“When I graduated from my fine-art degree, I experimented with exhibiting work,” Charlotte Campbell says. “However, I always felt something was missing.”
What was missing, it seems, was fabric. Glancing through the lookbook of her recently launched label, Campbell Charlotte, the impression is one of a creative person who has finally found her medium. A canvas people can use all the time.
Campbell makes quiet clothes. There are no statement pieces; her label takes a more subtle approach – clothes you could wear any day and keep for a lifetime. This was a conscious choice, just like her use of natural fibres and inks. Like many, she is out to create an alternative to the growing trend for fast and disposable fashion.
Originally hailing from Noosa, Campbell's work is of two worlds. There's a Sunshine Coast breeziness in the fabric, the summery patterns. Yet her clothes also have a minimalism, an ease for layering, that's entirely of her adopted home – Melbourne.
Campbell may now be firmly in the world of fashion, but still sounds very much like an artist when discussing her work. “The summer collection takes influence from the way that linen crushes in response to our actions and environment,” she explains. “Rather than fight the creased appearance of worn-in linen, the print story aims to embrace the remaining traces of experience.”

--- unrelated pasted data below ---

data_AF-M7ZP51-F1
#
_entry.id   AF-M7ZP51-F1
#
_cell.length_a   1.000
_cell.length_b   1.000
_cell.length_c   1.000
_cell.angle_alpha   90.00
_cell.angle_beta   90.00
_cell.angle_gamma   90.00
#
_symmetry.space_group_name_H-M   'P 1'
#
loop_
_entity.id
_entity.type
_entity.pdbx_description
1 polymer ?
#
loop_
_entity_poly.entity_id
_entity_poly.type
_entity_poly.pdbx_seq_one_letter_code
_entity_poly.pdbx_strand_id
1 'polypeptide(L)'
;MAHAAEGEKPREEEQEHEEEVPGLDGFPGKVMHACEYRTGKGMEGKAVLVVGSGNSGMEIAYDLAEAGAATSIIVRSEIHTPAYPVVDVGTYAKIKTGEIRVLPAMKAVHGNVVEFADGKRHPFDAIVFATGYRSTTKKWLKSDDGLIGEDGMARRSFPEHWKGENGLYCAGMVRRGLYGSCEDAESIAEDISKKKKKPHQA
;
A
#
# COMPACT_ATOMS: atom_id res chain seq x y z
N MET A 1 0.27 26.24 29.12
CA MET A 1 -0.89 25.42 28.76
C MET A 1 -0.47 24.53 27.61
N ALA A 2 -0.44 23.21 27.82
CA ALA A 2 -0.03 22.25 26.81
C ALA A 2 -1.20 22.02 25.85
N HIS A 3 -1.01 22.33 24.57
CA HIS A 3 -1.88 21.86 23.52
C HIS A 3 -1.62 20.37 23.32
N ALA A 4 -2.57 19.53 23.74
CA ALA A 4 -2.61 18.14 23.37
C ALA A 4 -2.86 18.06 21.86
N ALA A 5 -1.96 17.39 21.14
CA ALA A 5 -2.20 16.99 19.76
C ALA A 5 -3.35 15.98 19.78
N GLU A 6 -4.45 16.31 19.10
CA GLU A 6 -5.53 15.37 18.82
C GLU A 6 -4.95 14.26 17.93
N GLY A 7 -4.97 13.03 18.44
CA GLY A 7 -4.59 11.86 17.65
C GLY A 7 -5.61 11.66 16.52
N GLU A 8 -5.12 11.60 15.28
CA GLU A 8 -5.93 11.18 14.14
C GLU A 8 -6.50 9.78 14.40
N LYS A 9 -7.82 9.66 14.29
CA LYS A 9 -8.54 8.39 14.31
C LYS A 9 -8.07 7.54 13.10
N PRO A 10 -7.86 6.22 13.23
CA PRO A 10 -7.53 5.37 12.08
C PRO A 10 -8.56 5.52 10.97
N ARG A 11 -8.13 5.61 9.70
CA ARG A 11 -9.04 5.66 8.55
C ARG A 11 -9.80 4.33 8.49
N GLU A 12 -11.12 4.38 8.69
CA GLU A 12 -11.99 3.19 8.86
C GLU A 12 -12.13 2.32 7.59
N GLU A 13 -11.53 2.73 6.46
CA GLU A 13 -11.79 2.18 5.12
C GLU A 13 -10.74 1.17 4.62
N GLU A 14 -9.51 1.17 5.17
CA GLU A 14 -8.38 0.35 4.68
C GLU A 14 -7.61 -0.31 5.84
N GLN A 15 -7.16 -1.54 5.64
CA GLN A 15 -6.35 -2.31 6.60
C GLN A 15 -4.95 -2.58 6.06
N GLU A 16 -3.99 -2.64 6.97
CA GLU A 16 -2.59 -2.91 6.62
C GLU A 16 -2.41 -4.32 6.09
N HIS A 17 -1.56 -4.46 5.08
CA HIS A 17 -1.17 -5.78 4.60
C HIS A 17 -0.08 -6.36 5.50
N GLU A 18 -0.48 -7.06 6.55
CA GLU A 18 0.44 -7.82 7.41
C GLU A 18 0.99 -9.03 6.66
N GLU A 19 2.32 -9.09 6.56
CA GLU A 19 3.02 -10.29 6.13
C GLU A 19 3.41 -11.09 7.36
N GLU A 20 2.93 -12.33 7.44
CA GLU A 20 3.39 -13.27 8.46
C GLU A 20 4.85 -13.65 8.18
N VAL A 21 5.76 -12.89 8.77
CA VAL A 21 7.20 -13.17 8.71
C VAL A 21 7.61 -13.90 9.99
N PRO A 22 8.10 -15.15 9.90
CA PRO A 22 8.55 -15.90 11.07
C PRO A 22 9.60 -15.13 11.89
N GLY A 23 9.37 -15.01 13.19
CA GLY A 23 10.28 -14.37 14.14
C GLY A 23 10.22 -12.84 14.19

The idea behind this design intention is that our clothes don't need to be just a snapshot of who we thought we were at a moment in time. They can age with us, be shaped by living as much as we are.
In her Melbourne studio, the young designer has sewn every piece of her new summer collection herself. “It is hard work,” she admits. “But it also allows me to be in control of my entire production process, which at the moment is very important to me.”
This process begins with textile design, to which Campbell applies most on her fine-art background. There's a painterly nature to many of her fabric designs; at times she also plays with collage and digital design. Most of her fabrics are printed in Melbourne.
“It is so great to be living and working in Melbourne, a city surrounded by so many local labels and creatives,” she says. “We are also very fortunate that here we have such a large community of consumers who would rather buy ethically than fill their wardrobe with disposable fashion.”